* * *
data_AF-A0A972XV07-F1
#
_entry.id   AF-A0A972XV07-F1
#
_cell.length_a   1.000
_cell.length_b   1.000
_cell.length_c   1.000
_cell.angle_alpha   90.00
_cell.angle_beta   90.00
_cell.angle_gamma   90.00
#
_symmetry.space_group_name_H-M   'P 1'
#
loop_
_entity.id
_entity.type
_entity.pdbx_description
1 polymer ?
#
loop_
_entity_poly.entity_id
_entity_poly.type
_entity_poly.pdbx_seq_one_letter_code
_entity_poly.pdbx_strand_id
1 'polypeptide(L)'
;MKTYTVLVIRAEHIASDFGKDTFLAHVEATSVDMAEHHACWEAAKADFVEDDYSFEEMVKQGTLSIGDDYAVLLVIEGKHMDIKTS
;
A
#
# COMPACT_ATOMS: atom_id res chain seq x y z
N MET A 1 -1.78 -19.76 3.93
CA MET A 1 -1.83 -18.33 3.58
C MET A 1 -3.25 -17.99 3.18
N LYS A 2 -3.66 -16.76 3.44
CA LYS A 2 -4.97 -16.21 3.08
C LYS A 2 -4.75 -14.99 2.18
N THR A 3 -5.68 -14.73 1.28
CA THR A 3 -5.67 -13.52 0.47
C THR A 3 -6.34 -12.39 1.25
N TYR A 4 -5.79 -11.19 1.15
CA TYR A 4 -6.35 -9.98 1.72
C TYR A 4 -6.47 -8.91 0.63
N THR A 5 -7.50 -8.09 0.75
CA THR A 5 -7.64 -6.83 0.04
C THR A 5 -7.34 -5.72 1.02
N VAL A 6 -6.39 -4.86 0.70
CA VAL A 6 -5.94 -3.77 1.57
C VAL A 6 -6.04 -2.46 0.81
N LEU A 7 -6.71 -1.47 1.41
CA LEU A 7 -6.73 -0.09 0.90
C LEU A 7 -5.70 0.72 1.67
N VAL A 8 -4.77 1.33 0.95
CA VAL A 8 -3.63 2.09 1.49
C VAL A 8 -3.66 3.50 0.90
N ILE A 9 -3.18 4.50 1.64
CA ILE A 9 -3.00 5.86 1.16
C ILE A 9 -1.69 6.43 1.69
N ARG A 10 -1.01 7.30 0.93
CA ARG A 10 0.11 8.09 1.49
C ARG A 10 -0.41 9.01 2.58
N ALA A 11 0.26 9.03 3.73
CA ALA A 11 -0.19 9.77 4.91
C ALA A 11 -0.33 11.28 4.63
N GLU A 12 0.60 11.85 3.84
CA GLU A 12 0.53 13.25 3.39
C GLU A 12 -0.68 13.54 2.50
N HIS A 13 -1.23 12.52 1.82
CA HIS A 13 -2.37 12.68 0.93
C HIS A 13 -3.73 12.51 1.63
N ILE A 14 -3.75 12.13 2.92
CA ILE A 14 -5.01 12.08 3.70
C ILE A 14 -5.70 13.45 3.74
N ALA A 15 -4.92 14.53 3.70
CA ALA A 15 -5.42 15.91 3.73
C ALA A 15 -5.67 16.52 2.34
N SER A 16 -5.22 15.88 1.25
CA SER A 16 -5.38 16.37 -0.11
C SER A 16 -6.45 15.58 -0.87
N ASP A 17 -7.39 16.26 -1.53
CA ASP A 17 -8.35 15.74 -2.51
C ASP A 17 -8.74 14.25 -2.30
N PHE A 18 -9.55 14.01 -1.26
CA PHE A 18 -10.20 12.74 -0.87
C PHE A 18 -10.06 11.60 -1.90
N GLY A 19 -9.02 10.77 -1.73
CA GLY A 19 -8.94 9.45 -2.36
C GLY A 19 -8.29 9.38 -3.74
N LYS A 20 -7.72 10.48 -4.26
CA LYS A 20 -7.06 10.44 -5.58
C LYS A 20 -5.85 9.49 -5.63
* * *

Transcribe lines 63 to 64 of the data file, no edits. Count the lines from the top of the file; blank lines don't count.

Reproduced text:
C ALA A 11 -0.33 11.28 4.63
N GLU A 12 0.60 11.85 3.84